“Strempler caused prescription drugs from foreign countries to be shipped to a facility that Strempler operated in the Bahamas. Prescription orders made through RxNorth were then filled at the Bahamas facility, with labels on the vials and drug cartons stating they had been filled by RxNorth in Canada. Strempler then used indirect routes involving multiple countries to ship packages with prescription drugs from the Bahamas to individuals in the United States. Shipments mailed from the Bahamas, containing packages addressed to individuals in the Southern District of Florida, included counterfeit prescription drugs.”

Andrew Strempler started his Internet drug sales in 2001 by selling nicotine gum on E-Bay, according to the Winnipeg Free Press report published at the time of his sentencing. He started RXNorth/Mediplan shortly thereafter, selling purportedly Canadian prescription drugs to customers in the United States, states the Free Press report.

In 2006, the FDA warned consumers not to purchase drugs from RXNorth/Mediplan saying, “Preliminary laboratory results to date have found counterfeits of the following drug products from these websites: Lipitor, Diovan, Actonel, Nexium, Hyzaar, Ezetrol (known as Zetia in the United States), Crestor, Celebrex, Arimidex, and Propecia. All of these medications require a prescription from a licensed health care provider to be legally dispensed.”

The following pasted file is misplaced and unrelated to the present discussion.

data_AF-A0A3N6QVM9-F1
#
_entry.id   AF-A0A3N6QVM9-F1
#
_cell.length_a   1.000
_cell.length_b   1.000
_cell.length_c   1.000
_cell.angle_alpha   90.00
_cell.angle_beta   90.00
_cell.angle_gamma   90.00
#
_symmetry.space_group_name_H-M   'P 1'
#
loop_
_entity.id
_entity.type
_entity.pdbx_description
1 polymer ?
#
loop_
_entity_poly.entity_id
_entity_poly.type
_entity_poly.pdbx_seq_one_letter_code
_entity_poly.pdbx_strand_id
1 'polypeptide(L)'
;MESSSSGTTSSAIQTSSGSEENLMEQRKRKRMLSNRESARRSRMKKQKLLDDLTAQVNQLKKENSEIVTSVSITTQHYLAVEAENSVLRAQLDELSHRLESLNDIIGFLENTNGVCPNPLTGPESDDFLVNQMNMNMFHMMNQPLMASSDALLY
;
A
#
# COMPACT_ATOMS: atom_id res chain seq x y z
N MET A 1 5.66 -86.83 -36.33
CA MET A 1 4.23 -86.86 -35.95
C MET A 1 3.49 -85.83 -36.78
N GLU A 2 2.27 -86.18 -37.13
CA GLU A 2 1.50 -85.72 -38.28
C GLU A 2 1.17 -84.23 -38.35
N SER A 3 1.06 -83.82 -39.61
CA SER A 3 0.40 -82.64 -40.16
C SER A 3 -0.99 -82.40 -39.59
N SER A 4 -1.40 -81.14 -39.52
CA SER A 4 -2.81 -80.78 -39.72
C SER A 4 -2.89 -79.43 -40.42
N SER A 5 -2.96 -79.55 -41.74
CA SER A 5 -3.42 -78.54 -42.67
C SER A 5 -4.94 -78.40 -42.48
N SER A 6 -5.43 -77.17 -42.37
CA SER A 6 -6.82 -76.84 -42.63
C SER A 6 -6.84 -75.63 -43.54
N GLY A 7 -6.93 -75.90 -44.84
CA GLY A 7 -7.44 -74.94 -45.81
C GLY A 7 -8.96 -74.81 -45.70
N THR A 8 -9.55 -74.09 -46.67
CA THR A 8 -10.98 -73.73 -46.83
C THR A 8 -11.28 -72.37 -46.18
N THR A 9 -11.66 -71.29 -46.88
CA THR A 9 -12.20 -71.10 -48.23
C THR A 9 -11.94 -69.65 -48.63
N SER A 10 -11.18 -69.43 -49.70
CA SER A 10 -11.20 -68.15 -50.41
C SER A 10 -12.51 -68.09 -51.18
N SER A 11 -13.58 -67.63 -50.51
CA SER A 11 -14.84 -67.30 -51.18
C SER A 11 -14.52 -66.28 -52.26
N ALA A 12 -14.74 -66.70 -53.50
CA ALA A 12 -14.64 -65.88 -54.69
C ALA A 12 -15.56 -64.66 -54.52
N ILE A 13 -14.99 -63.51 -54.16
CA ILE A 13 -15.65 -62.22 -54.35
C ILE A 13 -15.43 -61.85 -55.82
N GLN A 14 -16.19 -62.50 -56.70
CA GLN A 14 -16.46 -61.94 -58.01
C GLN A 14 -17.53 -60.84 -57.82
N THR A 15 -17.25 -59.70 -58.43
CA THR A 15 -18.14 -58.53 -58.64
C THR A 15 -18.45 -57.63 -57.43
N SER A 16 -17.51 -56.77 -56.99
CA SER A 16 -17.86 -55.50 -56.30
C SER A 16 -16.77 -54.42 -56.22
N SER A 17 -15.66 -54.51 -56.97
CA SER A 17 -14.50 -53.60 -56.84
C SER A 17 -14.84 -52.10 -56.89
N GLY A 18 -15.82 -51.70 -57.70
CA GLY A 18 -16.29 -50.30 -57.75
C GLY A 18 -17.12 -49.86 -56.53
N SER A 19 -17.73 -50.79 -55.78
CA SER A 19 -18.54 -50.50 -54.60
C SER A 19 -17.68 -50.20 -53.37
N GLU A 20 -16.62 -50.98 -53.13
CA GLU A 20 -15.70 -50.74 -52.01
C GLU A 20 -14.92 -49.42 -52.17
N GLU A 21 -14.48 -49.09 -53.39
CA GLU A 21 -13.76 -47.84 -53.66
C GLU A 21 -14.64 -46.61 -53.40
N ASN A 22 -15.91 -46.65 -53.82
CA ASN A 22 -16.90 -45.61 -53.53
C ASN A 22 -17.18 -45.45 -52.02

Once the FDA warning was issued, Strempler sold RXNorth/Mediplan to Canadian online pharmacy rival, Canada Drugs.com, reported The CBC news at the time of Strempler’s arrest. Canada Drugs has itself been the target of an FDA investigations into the sale of counterfeit  cancer drugs to US doctors last year, according to the Wall Street Journal, and was ordered to stop selling “Unnaproved and misbranded drugs” by the FDA in September, 2012.

In January 2010, the
Manitoba Pharmaceutical Association reported on their decision to ban Andrew Strempler from their organization. The MPhA claimed that Strempler was “guilty of unskilled practice and/or professional misconduct”. The MPhA found that Strempler sold drugs that were not made in or approved for sale in Canada labeled Health Canada. This deception is what cost Strempler his pharmacy license. He was also ordered to pay $7,500 in Canadian currency to the MPhA and “not to apply for registration as a pharmacist in Manitoba without first pleading guilty to the charges in the Notice of Hearing.”